5 million or 5 thousand? The difference is fundamental(ist)

10 04 2011

The Avshalom Cave - Beit Shemesh, Israel

hat’s a few zeroes?  Well, do the math.  Add a few zeroes to another few zeroes and you get zero.  The religious tensions in this holy land are just that: zero-sum.

Last week we took Tamar to spend Shabbat in Beit Shemesh where her best friend from her school in California is now living.  Her friend’s family is fairly Orthodox, while we are fairly Conservative, what they call here masorti or Traditionalist (in a Pluralist-Egalitarian bent).  Beit Shemesh, on the road to Jerusalem, is fast becoming a heredi (“Ultra-Orthodox”) enclave, where religion is taken very seriously, and not a few fundamentalist attitudes exist.

From Hannaton in the Galilee to Beit Shemesh is an hour and a half drive, which we gladly took so Tamar could reconnect with her friend.  But in Israel gas is a whopping $8.50 per gallon, so every time we drive any “long” distance we multi-task the trip.

Just outside Beit Shemesh is a gorgeous stalactite cave open to the public.  Tamar is fascinated by ancient pre-history, especially the origins of the universe and what secrets can be learned by studying nature.  It seemed like a great idea to show Tamar this cave just before dropping her off at her friend’s.  Little did we know that the expedition would turn into an education about the conflict between science and literalist religion.  But, I’m glad it did.

Getting to the cave from the park entrance is a fun challenge.  There is a walk of several hundred stairs down the gully to the cave entrance.  Along the way are descriptive signs telling of the cave’s history and highlights.  Here is one sign we came across:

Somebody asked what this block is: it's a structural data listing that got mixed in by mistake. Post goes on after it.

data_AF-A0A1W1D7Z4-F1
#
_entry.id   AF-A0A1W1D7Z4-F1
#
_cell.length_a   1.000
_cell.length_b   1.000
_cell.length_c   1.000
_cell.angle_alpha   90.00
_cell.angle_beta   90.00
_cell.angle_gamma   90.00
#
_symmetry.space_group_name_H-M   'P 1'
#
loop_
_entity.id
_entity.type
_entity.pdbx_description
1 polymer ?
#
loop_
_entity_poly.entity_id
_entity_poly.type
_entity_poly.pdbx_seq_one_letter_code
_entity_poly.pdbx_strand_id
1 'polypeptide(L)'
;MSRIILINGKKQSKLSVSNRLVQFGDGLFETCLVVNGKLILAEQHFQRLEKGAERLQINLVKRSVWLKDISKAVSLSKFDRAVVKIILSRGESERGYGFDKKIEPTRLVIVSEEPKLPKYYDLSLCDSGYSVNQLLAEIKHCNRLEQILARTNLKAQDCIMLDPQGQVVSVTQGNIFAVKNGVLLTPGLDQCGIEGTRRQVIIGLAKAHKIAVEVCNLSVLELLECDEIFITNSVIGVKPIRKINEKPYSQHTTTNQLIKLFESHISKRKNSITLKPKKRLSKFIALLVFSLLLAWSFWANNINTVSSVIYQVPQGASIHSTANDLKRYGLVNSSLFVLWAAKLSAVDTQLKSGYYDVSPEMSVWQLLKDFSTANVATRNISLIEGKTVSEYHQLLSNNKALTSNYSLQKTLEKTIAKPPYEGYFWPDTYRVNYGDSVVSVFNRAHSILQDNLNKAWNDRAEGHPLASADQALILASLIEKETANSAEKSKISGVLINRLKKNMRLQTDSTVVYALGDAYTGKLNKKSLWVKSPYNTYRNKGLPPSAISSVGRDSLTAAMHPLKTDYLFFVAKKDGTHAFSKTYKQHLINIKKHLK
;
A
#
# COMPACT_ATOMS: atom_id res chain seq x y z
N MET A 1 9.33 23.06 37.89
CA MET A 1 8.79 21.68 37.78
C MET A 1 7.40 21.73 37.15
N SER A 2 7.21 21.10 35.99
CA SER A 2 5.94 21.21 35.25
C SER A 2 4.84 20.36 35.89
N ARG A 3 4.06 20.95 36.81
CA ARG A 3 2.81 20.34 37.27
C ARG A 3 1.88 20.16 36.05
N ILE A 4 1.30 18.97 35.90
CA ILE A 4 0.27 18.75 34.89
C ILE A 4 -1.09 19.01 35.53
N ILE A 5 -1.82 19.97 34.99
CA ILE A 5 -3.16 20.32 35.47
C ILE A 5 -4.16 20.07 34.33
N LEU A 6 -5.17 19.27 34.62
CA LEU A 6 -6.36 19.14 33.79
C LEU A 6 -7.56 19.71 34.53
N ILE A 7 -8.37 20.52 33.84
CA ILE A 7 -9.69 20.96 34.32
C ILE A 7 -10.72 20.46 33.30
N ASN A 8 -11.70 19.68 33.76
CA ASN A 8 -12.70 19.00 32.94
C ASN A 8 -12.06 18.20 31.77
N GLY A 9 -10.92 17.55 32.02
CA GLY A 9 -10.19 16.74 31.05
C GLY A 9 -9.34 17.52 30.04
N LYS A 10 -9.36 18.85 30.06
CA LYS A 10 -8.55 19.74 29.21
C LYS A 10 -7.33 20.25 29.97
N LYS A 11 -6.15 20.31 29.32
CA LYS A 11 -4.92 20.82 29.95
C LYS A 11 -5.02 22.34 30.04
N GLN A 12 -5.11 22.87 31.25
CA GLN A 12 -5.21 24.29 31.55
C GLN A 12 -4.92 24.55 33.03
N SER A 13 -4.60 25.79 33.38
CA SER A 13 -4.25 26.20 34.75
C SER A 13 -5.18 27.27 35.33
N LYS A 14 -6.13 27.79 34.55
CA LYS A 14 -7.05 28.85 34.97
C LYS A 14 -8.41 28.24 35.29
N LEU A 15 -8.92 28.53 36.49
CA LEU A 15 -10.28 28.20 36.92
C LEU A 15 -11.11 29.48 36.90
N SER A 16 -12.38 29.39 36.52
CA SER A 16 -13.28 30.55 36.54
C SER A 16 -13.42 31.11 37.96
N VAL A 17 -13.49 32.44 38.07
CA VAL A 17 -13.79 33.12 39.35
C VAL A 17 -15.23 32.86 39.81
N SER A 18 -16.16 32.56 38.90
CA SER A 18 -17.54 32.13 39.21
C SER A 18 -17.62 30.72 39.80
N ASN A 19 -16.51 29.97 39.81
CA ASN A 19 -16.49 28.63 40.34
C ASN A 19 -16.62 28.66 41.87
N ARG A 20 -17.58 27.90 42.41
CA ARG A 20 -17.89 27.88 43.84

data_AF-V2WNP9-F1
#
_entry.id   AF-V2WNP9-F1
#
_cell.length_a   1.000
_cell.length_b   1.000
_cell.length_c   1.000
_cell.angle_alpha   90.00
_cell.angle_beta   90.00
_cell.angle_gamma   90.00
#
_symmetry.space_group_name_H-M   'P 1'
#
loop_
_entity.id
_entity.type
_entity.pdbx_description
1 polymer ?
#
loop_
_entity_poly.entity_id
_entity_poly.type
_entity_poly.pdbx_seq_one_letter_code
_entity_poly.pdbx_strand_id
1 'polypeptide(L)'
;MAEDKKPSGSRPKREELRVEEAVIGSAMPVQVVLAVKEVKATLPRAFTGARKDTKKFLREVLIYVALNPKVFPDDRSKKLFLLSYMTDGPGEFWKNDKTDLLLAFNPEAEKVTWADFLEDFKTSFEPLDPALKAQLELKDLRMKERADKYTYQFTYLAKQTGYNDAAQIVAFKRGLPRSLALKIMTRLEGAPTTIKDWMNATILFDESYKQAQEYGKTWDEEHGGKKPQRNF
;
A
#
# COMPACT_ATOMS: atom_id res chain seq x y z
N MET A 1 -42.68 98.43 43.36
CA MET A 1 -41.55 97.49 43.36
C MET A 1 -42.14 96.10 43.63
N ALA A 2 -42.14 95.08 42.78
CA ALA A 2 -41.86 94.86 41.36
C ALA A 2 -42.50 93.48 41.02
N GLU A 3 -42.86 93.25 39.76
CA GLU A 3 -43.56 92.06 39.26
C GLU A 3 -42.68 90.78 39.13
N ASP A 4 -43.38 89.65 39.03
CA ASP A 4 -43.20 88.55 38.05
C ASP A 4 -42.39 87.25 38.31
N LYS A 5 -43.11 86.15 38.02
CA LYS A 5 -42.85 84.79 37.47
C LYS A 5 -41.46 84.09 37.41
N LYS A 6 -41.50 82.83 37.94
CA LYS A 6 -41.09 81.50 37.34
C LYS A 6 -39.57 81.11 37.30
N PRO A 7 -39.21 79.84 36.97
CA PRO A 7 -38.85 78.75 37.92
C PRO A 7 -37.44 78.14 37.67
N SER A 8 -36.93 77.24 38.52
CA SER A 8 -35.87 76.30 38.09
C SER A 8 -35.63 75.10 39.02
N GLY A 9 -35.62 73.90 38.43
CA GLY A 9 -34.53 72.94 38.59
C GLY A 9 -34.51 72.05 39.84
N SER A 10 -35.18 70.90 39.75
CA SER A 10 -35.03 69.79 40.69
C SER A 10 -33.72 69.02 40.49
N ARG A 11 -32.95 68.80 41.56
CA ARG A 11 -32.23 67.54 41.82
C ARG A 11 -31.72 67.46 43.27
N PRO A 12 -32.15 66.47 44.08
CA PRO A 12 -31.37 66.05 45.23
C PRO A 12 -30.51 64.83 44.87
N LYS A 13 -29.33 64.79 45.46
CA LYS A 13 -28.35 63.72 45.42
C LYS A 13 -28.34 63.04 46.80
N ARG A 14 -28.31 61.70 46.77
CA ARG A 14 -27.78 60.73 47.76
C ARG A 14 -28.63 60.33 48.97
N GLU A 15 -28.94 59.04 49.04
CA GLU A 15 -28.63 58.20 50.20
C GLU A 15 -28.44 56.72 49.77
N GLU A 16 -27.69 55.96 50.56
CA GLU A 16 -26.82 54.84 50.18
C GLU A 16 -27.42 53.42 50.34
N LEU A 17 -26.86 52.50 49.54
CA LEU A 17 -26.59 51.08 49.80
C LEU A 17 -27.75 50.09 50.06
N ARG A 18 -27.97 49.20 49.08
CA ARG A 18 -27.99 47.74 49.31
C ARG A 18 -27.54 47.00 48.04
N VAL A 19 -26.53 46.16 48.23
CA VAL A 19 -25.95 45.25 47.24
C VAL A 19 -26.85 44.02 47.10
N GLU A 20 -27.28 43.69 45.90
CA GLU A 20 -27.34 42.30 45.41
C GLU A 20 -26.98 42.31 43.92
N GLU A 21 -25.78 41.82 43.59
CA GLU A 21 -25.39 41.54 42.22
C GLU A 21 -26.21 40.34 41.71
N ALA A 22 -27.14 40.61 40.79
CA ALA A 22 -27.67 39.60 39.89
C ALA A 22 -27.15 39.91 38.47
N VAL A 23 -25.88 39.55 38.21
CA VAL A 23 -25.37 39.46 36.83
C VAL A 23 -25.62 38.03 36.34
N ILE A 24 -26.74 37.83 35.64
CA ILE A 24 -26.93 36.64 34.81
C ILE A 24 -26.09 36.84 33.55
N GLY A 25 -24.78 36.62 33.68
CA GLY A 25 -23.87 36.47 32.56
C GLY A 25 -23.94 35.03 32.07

TRANSLATION: “Scientists know that the formation of the stalactites began some XXXXXXXXX years ago.”

Clearly someone disagreed with what “scientists know” and focused his, or her, protest by scratching out the words “5 million” before the word “years.” Fortunately, the words were still somewhat visible.  Read on to the end…

his is an old battle between modern science and fundamentalist religion.  According to Jewish tradition God created the heavens and the earth in six days and rested on the seventh, which is the Shabbat (שבת).  Some streams of Judaism, like some Christian denominations, take this text literally and believe the world, and the entire universe, are only 5,700 +/-  years old.  Science, of course, dates the age of the earth to some 4.5 billion years, and the entire universe to about 15 billion years.  Non-literalist religions (Reform or Conservative Judaism and mainline Christian denominations) have reconciled the findings of science with the practice of their faiths: it is possible to find and worship a just, loving and compassionate God in a universe of unimaginable age.  Indeed, God’s wonders are all that much more magnificent in a 15 billion year old universe of infinite size.

Here in Israel the debate so familiar to Americans follows a very similar trajectory.  The etching out of the words “5 million” on the sign at the Beit Shemesh cave is but one example.

Oh, by the way, it is no coincidence that a family of maskilim (free-thinking enlightenment types) felt compelled to repair the fundamentalist affront to open thought, with the following result:

“5 million” returns to light

And with that, Tamar gained an important education in freedom of thought versus fundamentalist religious coercion.

 

Note to my readers: I apologize for my absence from blogging for several weeks.  I started ulpan, intensive Hebrew language course (what I call “Hebrew school”) in Haifa five days a week, and also the shipment of our household goods arrived two weeks ago.  We’ve been rather busy putting our house together, unpacking over 60 boxes.  We’ve come along nicely and I hope to be blogging more regularly again. Thank you!

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